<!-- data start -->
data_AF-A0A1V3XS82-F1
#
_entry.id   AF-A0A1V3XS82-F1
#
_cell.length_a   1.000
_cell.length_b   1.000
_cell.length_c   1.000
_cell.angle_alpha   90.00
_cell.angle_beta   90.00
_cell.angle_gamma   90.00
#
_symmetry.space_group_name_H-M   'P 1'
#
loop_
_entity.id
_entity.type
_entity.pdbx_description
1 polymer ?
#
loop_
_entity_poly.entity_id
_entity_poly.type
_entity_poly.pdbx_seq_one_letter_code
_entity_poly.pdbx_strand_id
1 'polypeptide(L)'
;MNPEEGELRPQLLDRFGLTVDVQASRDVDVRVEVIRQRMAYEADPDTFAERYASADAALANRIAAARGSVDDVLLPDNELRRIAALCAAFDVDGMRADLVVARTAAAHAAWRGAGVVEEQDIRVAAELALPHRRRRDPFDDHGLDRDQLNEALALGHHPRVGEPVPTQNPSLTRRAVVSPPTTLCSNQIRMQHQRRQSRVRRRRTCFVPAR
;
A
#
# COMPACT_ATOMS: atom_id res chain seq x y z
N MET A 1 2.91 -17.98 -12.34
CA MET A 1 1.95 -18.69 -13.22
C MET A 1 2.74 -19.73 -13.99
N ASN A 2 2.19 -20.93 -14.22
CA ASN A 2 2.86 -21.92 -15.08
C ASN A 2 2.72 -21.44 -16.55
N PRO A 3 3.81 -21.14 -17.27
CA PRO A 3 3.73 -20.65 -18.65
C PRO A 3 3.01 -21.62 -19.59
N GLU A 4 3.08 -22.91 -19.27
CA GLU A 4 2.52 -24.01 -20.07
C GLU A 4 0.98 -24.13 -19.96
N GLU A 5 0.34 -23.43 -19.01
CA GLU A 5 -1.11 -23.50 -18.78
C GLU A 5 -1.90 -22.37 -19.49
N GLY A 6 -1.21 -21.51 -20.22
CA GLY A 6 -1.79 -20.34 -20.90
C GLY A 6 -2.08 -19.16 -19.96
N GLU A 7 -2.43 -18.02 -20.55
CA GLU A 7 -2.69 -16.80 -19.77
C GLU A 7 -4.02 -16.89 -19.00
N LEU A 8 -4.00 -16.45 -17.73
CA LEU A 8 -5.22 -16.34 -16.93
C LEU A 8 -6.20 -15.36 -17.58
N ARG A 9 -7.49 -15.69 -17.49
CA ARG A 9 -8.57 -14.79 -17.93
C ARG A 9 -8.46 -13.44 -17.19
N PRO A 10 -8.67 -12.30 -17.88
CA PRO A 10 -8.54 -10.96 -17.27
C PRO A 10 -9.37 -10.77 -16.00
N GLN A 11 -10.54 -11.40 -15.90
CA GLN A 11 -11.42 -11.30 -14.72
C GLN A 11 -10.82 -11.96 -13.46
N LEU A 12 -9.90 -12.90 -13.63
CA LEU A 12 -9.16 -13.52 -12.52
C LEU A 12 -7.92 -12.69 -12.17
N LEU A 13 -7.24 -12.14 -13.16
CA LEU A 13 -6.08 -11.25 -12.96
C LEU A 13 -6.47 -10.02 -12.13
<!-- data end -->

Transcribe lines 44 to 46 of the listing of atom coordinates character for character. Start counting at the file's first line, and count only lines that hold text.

CA GLU A 5 -1.11 -23.50 -18.78
C GLU A 5 -1.90 -22.37 -19.49
N GLY A 6 -1.21 -21.51 -20.22